Soroka anxious to return to action sooner than later
NORTH PORT, FL -- Injury and Mike Soroka have been associated more than the 25-year-old right-hander would like, but it sounds like his latest setback is only a minor speed bump on the comeback trail.
While that trail has stretched for more than two years, Soroka is confident that hamstring tightness won't keep him out of action for long this spring.
"It was kind of an unfortunate situation, just doing dry work before camp," he said of his hamstring injury. "It was actually the day before I drove down [to Florida], just felt a little grab and decided we weren't going to push it here early in camp now that we have a full six weeks. Hopefully, I should be getting back out there pretty soon."
Soroka said he felt the discomfort after playing catch with former teammate Darren O'Day and working out in Atlanta on Sunday. Given the time they have for treatment, Soroka knew there was no reason to push it despite his disappointment.
However, there's no way to sugarcoat the mental stress of spending two years overcoming multiple injuries, only to get healthy and feel great heading into spring then suffer a setback just days before reporting to camp.
"Yeah, it was a kick in the groin," said Soroka. "Honestly, when it happened, I was pretty worried. I was pretty scared because I know sometimes hamstrings can be a little temperamental. Fortunately, it's turned around pretty quick."
Though he continues to throw on the side, Soroka's next step will be testing the hamstring out and running. If everything checks out, he'll get mound work, throw bullpen sessions, and then get in some game action in March. The Braves have over a month remaining to bring the righty along, thus their cautious approach.
Brian Snitker has seen everything Soroka has attempted to overcome since the initial injury in August of 2020 and was hoping for a normal, uneventful spring training.
"He's been through a lot," said Snitker. " I was hoping he'd just come be a normal guy. I thought he'd really want to just be one of the guys. Get in the group and just go and do your PFP's, go do whatever it is, do your throwing and just be one of the guys. And eventually he's going to get to that. He'll be there sooner than later and be able to go."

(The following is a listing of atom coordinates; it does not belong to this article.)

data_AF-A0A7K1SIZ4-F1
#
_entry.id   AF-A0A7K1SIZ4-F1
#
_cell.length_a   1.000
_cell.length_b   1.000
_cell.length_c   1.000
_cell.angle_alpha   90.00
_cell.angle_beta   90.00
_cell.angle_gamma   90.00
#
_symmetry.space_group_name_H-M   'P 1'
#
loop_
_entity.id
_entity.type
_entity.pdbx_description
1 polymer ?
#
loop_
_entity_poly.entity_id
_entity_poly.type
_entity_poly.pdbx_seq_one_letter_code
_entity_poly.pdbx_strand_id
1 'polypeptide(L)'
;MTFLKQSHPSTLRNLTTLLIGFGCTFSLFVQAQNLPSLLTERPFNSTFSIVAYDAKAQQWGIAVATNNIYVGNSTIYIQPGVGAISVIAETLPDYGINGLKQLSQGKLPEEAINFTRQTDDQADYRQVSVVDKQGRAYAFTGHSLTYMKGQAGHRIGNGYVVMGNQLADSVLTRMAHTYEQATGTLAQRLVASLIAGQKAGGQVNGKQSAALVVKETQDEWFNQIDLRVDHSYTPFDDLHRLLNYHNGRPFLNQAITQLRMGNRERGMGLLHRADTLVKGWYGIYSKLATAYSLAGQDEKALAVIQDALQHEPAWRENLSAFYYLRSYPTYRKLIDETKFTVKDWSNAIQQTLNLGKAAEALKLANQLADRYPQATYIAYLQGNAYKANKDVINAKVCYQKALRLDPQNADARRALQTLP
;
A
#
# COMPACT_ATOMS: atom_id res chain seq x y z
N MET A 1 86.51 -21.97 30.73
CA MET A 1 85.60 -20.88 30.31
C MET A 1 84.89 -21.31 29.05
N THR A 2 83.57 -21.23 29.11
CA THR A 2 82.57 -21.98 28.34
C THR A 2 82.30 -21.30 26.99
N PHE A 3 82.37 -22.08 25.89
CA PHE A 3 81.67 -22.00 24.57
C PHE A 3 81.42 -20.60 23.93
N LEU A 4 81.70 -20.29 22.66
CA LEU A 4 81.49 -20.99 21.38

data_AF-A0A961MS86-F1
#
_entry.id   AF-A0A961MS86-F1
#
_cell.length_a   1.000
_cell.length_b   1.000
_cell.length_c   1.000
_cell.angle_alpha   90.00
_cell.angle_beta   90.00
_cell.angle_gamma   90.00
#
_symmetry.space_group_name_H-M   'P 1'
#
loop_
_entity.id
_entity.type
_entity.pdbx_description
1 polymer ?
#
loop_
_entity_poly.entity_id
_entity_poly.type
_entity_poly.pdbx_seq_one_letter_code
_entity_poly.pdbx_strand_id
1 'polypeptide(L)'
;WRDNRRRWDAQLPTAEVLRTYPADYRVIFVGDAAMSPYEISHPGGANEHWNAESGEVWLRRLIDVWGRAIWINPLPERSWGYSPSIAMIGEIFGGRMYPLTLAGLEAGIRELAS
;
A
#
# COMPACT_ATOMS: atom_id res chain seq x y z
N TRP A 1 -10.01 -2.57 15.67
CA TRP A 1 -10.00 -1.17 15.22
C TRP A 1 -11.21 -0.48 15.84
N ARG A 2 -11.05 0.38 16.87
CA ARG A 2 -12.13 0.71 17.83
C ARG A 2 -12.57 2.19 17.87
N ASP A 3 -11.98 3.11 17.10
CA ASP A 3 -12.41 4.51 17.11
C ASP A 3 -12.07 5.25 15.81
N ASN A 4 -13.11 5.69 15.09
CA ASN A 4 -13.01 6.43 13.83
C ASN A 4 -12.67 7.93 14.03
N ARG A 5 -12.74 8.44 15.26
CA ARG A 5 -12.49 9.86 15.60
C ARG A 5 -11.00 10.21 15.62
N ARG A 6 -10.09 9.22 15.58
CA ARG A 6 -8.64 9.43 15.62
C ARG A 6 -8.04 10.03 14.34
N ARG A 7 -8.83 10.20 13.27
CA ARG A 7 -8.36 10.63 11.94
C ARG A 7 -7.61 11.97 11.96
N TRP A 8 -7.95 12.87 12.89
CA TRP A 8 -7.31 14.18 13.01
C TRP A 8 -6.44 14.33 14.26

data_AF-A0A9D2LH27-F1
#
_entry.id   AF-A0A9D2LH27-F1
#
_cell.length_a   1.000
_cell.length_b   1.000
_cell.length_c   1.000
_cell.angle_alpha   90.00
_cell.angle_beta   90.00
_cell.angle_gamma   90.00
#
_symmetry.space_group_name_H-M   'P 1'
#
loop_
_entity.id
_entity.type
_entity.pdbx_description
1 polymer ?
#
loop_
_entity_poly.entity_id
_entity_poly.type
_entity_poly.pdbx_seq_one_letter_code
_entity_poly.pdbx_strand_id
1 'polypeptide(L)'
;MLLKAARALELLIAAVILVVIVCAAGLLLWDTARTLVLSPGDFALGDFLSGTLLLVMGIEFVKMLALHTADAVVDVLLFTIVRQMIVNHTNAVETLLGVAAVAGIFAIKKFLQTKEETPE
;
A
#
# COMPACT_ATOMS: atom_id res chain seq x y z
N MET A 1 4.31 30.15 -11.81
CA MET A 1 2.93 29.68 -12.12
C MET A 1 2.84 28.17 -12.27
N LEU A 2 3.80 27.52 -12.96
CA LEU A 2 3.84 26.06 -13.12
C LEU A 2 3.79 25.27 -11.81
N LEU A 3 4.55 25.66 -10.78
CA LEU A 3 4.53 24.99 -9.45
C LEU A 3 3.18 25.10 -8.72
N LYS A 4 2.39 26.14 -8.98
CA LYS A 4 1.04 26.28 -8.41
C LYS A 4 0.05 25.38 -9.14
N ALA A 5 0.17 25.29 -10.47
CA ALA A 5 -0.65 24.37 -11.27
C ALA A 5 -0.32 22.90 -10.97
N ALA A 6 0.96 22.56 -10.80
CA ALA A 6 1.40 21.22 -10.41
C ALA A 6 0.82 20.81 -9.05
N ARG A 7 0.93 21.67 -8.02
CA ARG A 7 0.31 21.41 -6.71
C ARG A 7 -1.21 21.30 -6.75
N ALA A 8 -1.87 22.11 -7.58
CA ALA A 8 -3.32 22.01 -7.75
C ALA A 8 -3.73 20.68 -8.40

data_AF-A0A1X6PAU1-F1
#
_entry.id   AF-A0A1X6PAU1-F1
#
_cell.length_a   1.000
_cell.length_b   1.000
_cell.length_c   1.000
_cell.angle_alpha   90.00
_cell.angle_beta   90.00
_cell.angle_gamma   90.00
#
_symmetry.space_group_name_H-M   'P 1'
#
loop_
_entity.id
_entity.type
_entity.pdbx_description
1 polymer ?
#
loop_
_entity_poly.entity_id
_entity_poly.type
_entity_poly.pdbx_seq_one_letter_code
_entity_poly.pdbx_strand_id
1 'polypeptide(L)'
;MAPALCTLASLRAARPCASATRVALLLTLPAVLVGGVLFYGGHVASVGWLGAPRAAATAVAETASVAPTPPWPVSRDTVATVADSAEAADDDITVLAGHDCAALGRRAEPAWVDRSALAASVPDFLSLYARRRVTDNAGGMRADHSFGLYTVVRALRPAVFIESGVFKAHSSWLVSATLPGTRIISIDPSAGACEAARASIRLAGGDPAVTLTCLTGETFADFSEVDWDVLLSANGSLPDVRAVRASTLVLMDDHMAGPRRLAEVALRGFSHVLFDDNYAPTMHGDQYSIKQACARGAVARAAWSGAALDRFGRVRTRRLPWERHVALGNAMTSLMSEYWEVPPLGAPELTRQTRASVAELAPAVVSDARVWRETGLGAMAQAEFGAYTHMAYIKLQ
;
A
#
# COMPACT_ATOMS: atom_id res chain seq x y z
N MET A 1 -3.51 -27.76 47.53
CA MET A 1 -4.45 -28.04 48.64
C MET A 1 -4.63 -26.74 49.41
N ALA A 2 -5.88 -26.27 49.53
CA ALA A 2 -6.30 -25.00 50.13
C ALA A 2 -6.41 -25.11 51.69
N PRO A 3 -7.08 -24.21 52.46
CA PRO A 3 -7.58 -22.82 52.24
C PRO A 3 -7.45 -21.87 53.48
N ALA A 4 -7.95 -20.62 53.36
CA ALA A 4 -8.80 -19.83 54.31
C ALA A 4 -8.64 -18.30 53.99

Sooner than later sounds pretty good to Soroka, who was his usual upbeat self when speaking with the media on Tuesday morning. It was perhaps an anxious optimism.
"Obviously, it's going to be a little bit of a crunch time once we get back on the mound and stuff like that, but hopefully that's pretty soon here," said Soroka. "We haven't talked about [the specific timetable] yet, but we're playing catch and keeping the arm going. That won't take too long to come back."
After twice tearing his right Achilles tendon, Soroka finally made it back on a mound during a six-start minor league rehab assignment in 2022. He feels that experience helped prepare him for the real test, which is rejoining the major league rotation for the first time since August of 2020.
"That was what I needed," said Soroka of those 25 innings last year. "We talked about that when we started dealing with a couple of issues, that I wanted to fight through those to be able to get innings last year."
Those innings were a lot more than just building arm strength and regaining muscle memory. Soroka wanted the opportunity to knock off the rust and get comfortable on the mound in all facets of the game.
"You know, there are a lot of things competitively that you don't necessarily forget about, but you forget about the intensity of being in competition and what it's like to make quick decisions on the fly" he added. "Especially with the pitch clock in the minor leagues, which was good to feel. I'm not coming into a new situation in that as well. There were tons of things that were good little reminders last year that are going to be good for being able to compete in spring this year."
While Soroka is well-versed in playing the waiting game and tempering expectations throughout his long road back, he is still eyeing an April return to the big leagues.
"That would be best case scenario, of course, everything comes out really clean right away and we're off the races," said Soroka, "Obviously, it's a bit of a process. Expectations for myself are always going to be the highest and I think understanding that wanting to be out there is exactly where I need to be. It's time to compete, right? I need to go out there and play baseball. I miss it."
Whatever comes next, Soroka has learned a great deal on this journey he hopes will lead him back to the major leagues in the near future. This series of professional challenges has helped shape him personally along the way.
"I think you learn resilience," said Soroka. "You learn what you're really capable of on a daily basis when you have to. This is my life. This is what I want to do. The price to do that, I'll pay it over again if I have to. I think you learn what it's like to just have to put your head down and work, put the day-to-day ahead of what you're looking forward to be doing in a year from now or even five years from now. I learned just good work on a daily basis adds up.